Thursday, 11 September 2008

On National Mythmaking

by Edwin Hesselthwite

A long while back yours truly got into a heated web-argument (one must learn to hold one's temper) with an American Patriot about the sacred role that the pioneer/revolutionary heritage plays in their national identity... While ranty and opinionated, I've thought back on this pair of paragraphs as something worth saying, whenever the words "Revolution" or "Constitution" are raised. It's a slow day at The Little Man, so it seemed worth recycling.

Every country is allowed to have its national-founding myth, however preposterous they may sounds to those not indoctrinated in it. French schools are allowed to teach a history of the first modern European constitutional republic (actually it was Poland), Greece's education is allowed to dwell heavily on the ancient civilisation that existed roughly where their country is, while avoiding all mention of The Turks, British monarchists are permitted to discuss at length 1066 as if the founding of the royal bloodline were the starting point for the habitation of these islands (it's always baffled me that Magna Carta plays a bigger role in the American national narrative than it does in the British). These national narratives are convenient shorthand for teaching children your cultural values, and they make very good movies... But they are national founding myths. And the older and more inflexible they are, the staler they become.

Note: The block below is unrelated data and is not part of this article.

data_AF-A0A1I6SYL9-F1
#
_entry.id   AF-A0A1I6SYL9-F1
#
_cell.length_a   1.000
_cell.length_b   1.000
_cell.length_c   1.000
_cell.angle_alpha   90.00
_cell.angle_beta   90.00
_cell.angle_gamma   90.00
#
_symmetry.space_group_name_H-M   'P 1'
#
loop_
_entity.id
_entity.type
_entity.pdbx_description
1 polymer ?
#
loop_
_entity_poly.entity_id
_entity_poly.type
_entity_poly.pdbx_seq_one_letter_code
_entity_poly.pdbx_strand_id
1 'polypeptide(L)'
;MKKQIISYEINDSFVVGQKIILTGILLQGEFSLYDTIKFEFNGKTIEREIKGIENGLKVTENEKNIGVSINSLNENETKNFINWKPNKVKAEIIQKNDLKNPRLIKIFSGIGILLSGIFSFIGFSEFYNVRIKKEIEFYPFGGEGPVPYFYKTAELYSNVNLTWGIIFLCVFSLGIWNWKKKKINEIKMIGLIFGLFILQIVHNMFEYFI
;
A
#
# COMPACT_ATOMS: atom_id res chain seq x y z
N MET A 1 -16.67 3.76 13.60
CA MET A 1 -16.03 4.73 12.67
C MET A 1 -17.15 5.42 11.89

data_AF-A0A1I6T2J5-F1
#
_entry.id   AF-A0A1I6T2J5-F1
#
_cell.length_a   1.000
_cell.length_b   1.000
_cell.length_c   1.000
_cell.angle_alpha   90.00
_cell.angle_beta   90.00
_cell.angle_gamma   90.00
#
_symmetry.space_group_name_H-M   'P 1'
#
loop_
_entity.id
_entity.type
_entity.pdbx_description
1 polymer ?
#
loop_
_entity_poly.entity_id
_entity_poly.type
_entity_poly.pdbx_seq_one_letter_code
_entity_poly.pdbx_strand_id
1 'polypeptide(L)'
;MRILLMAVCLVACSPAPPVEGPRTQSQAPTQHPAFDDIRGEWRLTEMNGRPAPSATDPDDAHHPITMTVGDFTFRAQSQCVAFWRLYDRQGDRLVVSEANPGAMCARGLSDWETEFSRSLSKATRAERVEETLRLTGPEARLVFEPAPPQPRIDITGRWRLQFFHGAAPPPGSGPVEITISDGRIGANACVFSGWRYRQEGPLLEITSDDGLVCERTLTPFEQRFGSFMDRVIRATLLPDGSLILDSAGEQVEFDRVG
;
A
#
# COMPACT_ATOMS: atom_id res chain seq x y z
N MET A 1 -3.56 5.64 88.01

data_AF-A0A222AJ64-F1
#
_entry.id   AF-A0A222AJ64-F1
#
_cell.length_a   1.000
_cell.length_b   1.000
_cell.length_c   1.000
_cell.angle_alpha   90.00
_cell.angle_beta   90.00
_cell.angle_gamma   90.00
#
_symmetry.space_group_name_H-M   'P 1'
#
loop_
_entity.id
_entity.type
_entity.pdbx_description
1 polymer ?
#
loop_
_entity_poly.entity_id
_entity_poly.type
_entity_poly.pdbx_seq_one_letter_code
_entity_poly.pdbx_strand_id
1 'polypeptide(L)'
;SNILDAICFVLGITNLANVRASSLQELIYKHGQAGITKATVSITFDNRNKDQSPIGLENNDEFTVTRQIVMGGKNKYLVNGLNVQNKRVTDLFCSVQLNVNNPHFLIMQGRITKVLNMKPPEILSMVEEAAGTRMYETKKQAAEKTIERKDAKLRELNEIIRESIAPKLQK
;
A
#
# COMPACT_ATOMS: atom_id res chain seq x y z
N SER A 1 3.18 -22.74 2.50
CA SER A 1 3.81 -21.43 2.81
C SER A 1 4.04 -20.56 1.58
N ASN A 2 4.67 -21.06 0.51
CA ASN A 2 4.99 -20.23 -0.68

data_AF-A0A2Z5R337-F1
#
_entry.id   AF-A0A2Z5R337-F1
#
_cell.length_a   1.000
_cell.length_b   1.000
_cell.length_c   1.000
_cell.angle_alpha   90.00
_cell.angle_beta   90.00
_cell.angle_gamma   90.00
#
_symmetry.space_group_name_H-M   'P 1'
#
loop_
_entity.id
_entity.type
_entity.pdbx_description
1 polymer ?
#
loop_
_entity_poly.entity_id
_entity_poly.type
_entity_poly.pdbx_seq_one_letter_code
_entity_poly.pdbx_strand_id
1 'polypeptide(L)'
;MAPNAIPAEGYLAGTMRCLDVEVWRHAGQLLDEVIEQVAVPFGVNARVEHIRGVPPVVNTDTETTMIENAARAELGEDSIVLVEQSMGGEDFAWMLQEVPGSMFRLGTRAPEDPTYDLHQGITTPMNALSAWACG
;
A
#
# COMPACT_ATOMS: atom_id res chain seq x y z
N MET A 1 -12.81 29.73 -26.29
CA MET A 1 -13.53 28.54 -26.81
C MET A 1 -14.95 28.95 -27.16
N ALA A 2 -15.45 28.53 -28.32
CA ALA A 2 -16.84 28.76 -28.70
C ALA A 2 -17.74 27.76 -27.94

Almost every country in the world has, at some point or another, had a large scale revolution/major exchange of power (I'm rather fond of Britain's Glorious Revolution of 1688, and the radicals of the English Civil War were a pretty impressive bunch too). I think it's fair to say that the Eastern Europeans who overthrew communism, the Africans who overthrew colonialism and the Indians who kicked out the British have every bit as much right to claim a rebel heritage (did I mention we kicked out The Romans? No, because it isn't relevant.). I don't want to get into an argument that smells of Anti-Americanism, so lets stop this one here... Suffice to say that I regard the pioneer people/broke the nefarious British 200+ years ago argument as intellectually bankrupt.

Normal service will be resumed when we can think of something interesting to say.



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